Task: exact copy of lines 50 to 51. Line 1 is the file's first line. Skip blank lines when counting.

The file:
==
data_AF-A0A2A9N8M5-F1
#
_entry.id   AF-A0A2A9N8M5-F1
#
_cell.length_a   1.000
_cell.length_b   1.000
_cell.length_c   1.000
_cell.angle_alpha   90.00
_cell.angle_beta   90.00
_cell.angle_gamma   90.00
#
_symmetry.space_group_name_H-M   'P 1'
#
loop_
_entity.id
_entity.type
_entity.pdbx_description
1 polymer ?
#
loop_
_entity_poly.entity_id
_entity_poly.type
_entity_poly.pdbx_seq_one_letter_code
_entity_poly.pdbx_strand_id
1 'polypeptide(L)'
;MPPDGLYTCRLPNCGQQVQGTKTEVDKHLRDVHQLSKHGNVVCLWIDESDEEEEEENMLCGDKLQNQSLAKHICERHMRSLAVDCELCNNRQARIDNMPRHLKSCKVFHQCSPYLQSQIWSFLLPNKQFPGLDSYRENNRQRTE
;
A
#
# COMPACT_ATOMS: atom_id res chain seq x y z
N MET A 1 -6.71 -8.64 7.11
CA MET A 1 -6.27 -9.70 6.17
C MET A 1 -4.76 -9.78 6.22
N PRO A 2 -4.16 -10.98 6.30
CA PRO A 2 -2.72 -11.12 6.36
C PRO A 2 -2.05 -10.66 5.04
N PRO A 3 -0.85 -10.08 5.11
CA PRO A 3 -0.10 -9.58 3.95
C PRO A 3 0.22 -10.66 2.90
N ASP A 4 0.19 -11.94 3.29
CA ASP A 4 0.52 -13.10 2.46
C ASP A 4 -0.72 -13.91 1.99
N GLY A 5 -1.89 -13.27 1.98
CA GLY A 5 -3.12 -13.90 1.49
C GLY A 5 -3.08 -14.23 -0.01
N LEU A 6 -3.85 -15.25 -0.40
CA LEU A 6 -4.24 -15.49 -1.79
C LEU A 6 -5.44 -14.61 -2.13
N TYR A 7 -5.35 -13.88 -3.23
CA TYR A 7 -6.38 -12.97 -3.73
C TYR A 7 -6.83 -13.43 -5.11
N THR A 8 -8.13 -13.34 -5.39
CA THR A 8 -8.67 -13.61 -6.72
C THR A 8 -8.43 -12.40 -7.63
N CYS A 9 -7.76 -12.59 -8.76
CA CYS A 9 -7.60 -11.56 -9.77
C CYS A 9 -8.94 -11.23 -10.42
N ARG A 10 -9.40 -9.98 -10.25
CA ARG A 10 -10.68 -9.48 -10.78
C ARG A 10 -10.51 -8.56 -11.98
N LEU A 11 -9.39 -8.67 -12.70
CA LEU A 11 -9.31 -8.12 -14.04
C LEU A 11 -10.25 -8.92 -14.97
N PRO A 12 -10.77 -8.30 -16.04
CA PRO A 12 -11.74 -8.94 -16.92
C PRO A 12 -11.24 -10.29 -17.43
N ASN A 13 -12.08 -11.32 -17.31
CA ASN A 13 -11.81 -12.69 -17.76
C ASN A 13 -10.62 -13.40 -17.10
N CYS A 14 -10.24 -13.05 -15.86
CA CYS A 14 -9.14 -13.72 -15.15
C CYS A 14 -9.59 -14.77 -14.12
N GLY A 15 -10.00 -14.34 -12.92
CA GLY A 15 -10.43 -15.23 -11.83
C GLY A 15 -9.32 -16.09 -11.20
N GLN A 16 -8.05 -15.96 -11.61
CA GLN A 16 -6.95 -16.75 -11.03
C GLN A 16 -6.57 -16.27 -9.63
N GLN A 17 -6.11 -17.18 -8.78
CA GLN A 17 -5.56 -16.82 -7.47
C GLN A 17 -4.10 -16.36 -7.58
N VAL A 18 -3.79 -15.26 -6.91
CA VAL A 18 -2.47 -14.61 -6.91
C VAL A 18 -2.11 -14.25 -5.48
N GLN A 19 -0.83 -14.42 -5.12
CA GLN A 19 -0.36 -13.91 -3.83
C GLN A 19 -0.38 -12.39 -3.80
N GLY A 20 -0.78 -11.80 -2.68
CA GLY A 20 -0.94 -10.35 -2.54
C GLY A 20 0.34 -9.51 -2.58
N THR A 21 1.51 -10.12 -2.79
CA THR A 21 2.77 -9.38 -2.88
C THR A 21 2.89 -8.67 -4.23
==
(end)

CA TYR A 7 -6.38 -12.97 -3.73
C TYR A 7 -6.83 -13.43 -5.11